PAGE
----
Yoyo Blood

I’ve never liked looking at blood – I can cope with needles but blood extraction is a nightmare – yet I have had to endure daily blood tests and continuous stabbing. My arms look like a heroine addict there are so many puncture holes.

All this has been the result of my blood contents and a side affect of the Myeloma on the kidney.

Sadly I have had a very bad sickness bug whilst here – violent and fast acting (the worst 6 hours ever in truth) it messed up my kidney recovery leading to a rise in Potassium levels.

Potassium levels have been excessive (Hyperkalemia) and this brings with it the danger of a heart attack – so I have had to go on an  ECG (Electro Cardiogram) for many hours yesterday and again today. In addition a Salbutamol Nebuliser followed by a Insulin / glucose.

My best Darth Vader – May the 4th be with you! (well almost)

Followed by half hourly blood sugar checks – also dropping back to normal, in addition to blood samples to check the potassium levels.

As a haemaphobe this is going a long way to cure my fears.

The levels were down by last night and I was taken off over night – sadly they still fluctuate and I am back on again today. Very frustrating. Some times it seems two steps forward, one step back.img_1365

The other factor is the need to be on blood thinning medication called Heparin which has been administered since arrival here via intravenous drip. Finally this has stopped in the past 24 hours and I have been transferred on onto Warfarin – initially in tandem with Heparin. My kidneys will not tolerate the newer drugs or at least it has not proven safe to do so. At the time of writing I am not on a drip though still on heart monitor, which will hopefully be removed before bed. The clot still sits in my leg but is slowly dissolving – I will be on Warfarin for a long time – ensuring the blood remains free and flowing – my inability to exercise is possibly slowing things down but with a virus in the hospital I won’t be travelling far quickly.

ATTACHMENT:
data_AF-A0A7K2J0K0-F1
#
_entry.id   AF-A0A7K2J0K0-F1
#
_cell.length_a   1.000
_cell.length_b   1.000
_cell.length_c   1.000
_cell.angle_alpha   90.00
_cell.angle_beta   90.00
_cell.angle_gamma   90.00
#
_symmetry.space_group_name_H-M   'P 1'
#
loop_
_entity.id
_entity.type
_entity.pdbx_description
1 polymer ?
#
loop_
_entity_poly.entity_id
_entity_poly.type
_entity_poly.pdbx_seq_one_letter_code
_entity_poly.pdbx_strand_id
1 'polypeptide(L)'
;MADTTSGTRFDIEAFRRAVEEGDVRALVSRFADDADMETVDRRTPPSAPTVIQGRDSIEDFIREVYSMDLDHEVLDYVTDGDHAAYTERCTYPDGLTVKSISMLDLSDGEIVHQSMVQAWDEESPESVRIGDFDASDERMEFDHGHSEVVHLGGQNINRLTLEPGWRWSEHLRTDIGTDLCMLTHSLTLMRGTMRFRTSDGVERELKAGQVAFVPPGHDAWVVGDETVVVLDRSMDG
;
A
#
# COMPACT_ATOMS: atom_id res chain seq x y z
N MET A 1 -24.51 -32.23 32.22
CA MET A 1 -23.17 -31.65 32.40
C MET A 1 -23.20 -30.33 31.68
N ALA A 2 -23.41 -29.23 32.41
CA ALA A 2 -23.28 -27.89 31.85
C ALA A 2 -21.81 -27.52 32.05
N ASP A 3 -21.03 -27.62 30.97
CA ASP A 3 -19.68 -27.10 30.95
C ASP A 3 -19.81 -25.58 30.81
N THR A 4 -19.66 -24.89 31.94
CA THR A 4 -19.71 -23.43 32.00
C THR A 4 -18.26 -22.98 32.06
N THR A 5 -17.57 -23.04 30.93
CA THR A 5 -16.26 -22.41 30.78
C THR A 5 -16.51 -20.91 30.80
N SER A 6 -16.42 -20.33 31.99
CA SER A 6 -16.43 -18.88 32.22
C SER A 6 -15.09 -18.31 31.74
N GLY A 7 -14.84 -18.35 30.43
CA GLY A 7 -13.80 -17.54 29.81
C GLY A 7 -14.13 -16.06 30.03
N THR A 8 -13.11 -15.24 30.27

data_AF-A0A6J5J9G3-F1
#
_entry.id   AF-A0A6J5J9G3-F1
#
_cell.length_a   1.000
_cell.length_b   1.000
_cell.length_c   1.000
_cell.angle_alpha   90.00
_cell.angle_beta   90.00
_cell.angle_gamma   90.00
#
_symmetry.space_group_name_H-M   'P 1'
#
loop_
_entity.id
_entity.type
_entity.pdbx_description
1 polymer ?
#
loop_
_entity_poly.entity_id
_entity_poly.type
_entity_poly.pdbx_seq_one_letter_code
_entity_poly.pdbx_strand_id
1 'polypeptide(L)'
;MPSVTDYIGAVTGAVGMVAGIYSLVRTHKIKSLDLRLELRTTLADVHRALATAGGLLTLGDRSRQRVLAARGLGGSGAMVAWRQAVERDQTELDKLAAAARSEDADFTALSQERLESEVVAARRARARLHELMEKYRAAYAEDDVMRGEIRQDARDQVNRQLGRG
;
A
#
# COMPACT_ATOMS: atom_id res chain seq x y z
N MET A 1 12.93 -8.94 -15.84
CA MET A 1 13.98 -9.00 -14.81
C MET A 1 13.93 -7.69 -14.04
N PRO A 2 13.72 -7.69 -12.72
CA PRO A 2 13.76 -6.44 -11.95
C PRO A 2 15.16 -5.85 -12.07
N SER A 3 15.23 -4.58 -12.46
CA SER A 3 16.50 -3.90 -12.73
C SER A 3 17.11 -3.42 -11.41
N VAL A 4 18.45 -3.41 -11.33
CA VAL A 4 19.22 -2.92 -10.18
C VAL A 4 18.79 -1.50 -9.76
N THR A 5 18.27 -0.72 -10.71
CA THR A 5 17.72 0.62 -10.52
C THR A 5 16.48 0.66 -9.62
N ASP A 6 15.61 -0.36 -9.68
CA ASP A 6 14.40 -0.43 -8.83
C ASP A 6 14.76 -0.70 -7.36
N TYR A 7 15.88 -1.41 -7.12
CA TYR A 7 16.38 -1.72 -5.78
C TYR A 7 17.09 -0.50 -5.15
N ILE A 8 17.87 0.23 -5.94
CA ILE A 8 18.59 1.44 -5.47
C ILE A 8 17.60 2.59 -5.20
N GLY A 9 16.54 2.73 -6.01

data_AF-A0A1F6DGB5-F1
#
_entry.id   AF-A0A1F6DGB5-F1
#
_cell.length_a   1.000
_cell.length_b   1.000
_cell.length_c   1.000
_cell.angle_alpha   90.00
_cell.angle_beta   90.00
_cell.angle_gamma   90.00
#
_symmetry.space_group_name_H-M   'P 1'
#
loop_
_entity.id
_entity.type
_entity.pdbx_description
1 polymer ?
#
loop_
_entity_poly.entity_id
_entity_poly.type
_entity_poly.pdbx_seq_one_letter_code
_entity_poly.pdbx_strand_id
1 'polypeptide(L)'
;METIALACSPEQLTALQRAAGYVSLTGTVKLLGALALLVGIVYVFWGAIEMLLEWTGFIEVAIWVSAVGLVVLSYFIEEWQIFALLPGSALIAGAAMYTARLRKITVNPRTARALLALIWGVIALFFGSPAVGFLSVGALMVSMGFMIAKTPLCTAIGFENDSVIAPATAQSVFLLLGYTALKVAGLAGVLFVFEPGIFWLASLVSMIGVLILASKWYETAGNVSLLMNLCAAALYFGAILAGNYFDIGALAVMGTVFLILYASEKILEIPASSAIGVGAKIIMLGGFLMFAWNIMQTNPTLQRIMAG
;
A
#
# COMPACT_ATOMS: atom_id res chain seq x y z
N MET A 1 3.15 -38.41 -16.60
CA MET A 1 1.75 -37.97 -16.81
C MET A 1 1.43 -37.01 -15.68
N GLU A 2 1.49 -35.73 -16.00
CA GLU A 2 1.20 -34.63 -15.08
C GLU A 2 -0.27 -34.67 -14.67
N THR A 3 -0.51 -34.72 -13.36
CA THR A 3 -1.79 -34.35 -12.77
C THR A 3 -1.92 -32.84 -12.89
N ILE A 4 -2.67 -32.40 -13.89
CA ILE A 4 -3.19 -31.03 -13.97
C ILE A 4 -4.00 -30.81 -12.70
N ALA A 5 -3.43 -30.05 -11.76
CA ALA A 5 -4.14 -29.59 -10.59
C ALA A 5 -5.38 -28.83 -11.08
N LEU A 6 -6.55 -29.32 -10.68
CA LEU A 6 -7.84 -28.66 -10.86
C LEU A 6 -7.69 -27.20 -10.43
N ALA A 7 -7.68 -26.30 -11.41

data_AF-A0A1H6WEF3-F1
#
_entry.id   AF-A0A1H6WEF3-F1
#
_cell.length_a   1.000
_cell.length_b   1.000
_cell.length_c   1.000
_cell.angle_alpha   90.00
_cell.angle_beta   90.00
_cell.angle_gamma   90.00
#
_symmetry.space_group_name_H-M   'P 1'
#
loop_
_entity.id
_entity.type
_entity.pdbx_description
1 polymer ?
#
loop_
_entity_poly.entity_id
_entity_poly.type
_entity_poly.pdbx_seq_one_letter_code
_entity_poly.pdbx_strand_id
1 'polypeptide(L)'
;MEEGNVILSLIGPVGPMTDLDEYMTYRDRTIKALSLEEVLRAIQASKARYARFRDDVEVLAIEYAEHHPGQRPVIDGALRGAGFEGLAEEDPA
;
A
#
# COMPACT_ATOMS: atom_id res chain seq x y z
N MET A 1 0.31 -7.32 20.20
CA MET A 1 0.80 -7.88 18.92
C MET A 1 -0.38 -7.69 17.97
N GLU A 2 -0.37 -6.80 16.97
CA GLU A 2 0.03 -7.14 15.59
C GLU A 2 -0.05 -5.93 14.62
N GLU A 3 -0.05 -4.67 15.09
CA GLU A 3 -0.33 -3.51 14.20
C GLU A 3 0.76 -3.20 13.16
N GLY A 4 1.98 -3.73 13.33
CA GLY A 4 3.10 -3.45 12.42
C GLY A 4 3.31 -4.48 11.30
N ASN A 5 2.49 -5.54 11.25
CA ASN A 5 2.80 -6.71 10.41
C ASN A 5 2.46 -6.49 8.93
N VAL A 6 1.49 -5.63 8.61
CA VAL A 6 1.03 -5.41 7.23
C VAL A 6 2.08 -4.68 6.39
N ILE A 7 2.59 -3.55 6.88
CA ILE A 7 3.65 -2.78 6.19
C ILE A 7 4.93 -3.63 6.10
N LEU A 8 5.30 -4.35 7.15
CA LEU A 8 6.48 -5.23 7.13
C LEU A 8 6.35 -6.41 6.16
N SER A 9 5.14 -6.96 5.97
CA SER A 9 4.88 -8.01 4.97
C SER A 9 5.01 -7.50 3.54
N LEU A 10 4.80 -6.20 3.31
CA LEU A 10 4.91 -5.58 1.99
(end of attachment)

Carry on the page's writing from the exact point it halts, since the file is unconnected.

Either way yoyo blood needs to be monitored carefully and this means I will not be leaving hospital until it is stable.

The nursing here on Haematology is as excellent as in M.E.A.U. and I really cannot fault the NHS – it is an extremely worthy institution and long may it reign  and free from overt political interference. Sadly this will not happen unless action is taken soon.

See this for a powerful info-video about the real dangers facing the NHS in the coming years.

Last night I began the most critical phase of my treatment with my first dose of Chemotherapy – of which more next time.